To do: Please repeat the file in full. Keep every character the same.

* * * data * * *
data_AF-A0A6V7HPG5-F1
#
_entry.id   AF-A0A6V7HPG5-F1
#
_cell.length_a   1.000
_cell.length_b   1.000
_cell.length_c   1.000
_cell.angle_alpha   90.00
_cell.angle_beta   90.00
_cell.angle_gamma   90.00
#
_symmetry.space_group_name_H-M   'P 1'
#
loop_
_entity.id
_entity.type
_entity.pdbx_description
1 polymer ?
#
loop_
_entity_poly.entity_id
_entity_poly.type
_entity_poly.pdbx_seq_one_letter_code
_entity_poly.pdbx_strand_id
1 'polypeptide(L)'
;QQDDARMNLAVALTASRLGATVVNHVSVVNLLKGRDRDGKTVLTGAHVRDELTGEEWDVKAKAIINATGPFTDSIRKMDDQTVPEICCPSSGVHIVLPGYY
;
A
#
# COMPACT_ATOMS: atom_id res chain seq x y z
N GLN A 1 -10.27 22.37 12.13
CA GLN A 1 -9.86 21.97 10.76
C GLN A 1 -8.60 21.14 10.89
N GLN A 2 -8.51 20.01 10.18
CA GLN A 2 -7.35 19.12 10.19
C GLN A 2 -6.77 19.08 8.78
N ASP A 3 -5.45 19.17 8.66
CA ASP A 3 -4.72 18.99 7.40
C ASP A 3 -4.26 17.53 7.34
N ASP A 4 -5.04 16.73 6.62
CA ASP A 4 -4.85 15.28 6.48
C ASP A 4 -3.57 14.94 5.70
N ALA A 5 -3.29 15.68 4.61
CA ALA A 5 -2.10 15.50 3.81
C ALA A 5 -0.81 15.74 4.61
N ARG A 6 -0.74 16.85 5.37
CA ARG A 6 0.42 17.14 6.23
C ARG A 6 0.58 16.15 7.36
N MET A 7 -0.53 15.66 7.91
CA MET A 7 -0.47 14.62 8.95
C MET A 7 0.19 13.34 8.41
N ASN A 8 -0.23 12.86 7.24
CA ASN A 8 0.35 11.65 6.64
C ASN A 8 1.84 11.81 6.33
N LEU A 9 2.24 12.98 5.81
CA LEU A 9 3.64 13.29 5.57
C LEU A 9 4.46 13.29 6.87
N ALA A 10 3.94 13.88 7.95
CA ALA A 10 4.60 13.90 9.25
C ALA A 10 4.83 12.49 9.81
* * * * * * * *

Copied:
data_AF-A0A6V7HPG5-F1
#
_entry.id   AF-A0A6V7HPG5-F1
#
_cell.length_a   1.000
_cell.length_b   1.000
_cell.length_c   1.000
_cell.angle_alpha   90.00
_cell.angle_beta   90.00
_cell.angle_gamma   90.00
#
_symmetry.space_group_name_H-M   'P 1'
#
loop_
_entity.id
_entity.type
_entity.pdbx_description
1 polymer ?
#
loop_
_entity_poly.entity_id
_entity_poly.type
_entity_poly.pdbx_seq_one_letter_code
_entity_poly.pdbx_strand_id
1 'polypeptide(L)'
;QQDDARMNLAVALTASRLGATVVNHVSVVNLLKGRDRDGKTVLTGAHVRDELTGEEWDVKAKAIINATGPFTDSIRKMDDQTVPEICCPSSGVHIVLPGYY
;
A
#
# COMPACT_ATOMS: atom_id res chain seq x y z
N GLN A 1 -10.27 22.37 12.13
CA GLN A 1 -9.86 21.97 10.76
C GLN A 1 -8.60 21.14 10.89
N GLN A 2 -8.51 20.01 10.18
CA GLN A 2 -7.35 19.12 10.19
C GLN A 2 -6.77 19.08 8.78
N ASP A 3 -5.45 19.17 8.66
CA ASP A 3 -4.72 18.99 7.40
C ASP A 3 -4.26 17.53 7.34
N ASP A 4 -5.04 16.73 6.62
CA ASP A 4 -4.85 15.28 6.48
C ASP A 4 -3.57 14.94 5.70
N ALA A 5 -3.29 15.68 4.61
CA ALA A 5 -2.10 15.50 3.81
C ALA A 5 -0.81 15.74 4.61
N ARG A 6 -0.74 16.85 5.37
CA ARG A 6 0.42 17.14 6.23
C ARG A 6 0.58 16.15 7.36
N MET A 7 -0.53 15.66 7.91
CA MET A 7 -0.47 14.62 8.95
C MET A 7 0.19 13.34 8.41
N ASN A 8 -0.23 12.86 7.24
CA ASN A 8 0.35 11.65 6.64
C ASN A 8 1.84 11.81 6.33
N LEU A 9 2.24 12.98 5.81
CA LEU A 9 3.64 13.29 5.57
C LEU A 9 4.46 13.29 6.87
N ALA A 10 3.94 13.88 7.95
CA ALA A 10 4.60 13.90 9.25
C ALA A 10 4.83 12.49 9.81